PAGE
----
Less Corn In 2014? Created by rrummel on 8/27/2013 4:55:57 PM
Farm Futures survey asked farmers
The stressful 2013 growing season has farmers pondering significant changes to crop rotations next spring, according to Farm Futures first survey of 2014 planting intentions. Results were re-leased Tuesday morning, on the opening day of the 2013 Farm Progress Show, the nation’s largest outdoor farm show, held Aug. 27, 28 and 29 in Decatur, Ill.
2014 Soybean and wheat acres forecasted up
Producers said they want to boost soybean and wheat acreage next year, cutting back on corn. The Farm Futures survey, traditionally the first in the industry to project new crop seedings, showed 2014 soybean acreage could hit 78.75 million acres, up 2% from this year. Wheat planting, which will begin soon, could rise a similar percentage, increasing to 57.76 million acres.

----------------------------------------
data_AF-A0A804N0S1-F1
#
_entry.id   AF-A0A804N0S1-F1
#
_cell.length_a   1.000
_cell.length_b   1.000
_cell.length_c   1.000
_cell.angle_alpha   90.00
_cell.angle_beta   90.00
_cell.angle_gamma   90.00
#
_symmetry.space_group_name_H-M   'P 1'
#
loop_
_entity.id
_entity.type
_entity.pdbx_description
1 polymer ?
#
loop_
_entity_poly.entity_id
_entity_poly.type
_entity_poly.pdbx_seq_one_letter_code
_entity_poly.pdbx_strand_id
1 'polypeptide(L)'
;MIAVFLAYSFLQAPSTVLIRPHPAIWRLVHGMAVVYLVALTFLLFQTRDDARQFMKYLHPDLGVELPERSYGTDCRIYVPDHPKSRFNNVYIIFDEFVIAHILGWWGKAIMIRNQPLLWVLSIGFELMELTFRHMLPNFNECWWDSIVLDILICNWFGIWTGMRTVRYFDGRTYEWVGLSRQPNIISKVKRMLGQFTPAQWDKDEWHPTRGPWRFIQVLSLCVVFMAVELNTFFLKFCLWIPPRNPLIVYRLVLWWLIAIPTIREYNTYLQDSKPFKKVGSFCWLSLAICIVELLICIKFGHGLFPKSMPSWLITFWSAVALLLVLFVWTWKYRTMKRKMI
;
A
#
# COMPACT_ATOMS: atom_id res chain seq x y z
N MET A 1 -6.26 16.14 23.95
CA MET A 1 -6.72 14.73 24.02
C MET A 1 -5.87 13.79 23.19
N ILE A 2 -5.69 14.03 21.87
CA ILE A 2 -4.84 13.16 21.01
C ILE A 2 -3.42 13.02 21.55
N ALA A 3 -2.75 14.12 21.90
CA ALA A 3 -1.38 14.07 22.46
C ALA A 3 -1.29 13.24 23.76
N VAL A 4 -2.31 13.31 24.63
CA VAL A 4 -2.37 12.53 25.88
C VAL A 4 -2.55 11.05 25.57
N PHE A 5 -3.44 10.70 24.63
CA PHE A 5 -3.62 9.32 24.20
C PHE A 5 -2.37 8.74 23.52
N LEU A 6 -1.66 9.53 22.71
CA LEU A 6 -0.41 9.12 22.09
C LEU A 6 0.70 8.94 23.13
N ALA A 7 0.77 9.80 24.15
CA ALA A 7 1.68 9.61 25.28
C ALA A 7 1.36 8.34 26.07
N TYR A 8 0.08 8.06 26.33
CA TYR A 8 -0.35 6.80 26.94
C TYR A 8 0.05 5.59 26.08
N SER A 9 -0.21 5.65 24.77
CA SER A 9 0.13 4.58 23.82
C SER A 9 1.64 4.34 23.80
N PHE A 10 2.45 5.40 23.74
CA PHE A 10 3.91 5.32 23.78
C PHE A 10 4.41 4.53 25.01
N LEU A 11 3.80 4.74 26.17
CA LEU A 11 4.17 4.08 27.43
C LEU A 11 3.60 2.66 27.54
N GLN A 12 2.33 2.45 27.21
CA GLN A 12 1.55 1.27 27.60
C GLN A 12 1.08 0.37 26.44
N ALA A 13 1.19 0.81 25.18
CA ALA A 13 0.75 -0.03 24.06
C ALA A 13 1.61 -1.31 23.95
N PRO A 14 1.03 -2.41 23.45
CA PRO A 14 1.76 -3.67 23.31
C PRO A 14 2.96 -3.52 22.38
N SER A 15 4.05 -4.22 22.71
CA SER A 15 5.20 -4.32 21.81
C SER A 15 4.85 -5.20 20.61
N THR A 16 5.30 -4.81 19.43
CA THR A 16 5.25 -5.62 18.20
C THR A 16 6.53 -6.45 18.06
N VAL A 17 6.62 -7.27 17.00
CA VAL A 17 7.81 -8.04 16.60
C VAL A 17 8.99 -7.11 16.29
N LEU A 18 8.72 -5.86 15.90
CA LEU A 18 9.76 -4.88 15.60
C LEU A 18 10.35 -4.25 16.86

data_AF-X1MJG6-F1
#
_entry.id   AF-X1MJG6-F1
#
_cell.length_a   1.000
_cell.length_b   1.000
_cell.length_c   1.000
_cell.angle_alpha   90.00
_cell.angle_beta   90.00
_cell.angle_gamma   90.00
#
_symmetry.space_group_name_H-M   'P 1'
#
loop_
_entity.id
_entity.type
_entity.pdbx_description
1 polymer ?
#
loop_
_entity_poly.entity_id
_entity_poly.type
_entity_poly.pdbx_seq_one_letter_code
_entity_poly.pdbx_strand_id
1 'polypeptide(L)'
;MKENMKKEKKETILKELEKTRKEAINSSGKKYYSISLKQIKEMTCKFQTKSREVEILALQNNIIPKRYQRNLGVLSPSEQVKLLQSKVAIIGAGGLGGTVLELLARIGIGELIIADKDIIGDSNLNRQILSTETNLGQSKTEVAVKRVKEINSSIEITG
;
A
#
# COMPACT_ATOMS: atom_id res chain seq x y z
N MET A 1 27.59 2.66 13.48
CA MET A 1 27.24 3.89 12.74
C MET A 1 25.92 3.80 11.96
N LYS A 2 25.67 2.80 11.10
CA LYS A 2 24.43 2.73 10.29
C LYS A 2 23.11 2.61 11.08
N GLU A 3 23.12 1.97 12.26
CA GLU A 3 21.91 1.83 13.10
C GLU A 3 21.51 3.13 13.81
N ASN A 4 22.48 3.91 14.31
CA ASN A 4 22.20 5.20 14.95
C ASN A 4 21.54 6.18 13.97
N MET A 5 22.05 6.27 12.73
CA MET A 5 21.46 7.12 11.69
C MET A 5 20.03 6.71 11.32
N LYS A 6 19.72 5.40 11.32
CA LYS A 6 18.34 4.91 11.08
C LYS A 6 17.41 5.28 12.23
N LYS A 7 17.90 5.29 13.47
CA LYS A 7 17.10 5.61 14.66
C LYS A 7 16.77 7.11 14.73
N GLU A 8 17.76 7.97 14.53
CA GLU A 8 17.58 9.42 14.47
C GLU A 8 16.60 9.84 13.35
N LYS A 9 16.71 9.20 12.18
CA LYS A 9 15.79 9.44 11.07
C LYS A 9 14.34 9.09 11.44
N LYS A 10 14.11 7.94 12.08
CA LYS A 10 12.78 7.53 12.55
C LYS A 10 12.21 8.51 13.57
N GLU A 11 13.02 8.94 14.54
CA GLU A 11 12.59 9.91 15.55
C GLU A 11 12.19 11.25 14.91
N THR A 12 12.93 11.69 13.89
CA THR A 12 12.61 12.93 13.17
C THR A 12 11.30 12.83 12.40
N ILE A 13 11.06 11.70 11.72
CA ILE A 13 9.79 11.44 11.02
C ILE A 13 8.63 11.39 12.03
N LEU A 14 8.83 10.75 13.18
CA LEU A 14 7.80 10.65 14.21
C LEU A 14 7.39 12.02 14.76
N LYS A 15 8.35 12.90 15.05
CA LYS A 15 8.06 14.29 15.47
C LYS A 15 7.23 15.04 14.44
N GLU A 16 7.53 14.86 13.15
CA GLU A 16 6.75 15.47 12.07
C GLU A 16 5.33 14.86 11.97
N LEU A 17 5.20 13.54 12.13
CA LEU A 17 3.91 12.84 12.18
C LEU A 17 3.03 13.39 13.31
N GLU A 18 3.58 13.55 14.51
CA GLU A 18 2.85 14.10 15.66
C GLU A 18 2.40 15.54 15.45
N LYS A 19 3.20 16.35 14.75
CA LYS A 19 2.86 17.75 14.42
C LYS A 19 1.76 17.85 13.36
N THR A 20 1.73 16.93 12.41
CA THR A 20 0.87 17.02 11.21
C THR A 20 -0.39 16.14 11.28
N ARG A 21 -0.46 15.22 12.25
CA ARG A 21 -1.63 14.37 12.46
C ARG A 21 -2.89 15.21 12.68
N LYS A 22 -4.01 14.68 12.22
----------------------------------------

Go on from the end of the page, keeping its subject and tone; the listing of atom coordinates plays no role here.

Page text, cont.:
After planting - or trying to plant - the most corn in 60 years this spring, farmers surveyed reported they wish to cut back on acreage for 2014, putting in 94.11 million, down 3.4% from recent estimate of this year’s commitment. Actual acreage of all crops remains uncertain due to adverse spring conditions that prevented growers from putting in 7.7 million acres this year, according to preliminary figures released by USDA’s Farm Service Agency.
Farmers increased soybean plantings in many parts of the U.S. in recent years, a trend that may continue in 2014. "Some growers want to cut back on corn to improve rotations, after years of pushing that crop," said Farm Futures Senior Editor Bryce Knorr, who conducted the survey of more than 1,350 growers July 22 to Aug. 5. "And we’re continuing to see farmers switch to soybeans on the fringes of the traditional Midwest growing region."
Price signals from 2013 futures contracts are one lure towards soybeans. The ratio of November 2013 soy-bean futures to December 2013 corn hit an unusually strong 2.77:1 recently, indicating the market was much more concerned about tight soybean supplies hurt by the unusual combination of weather adversities this growing season.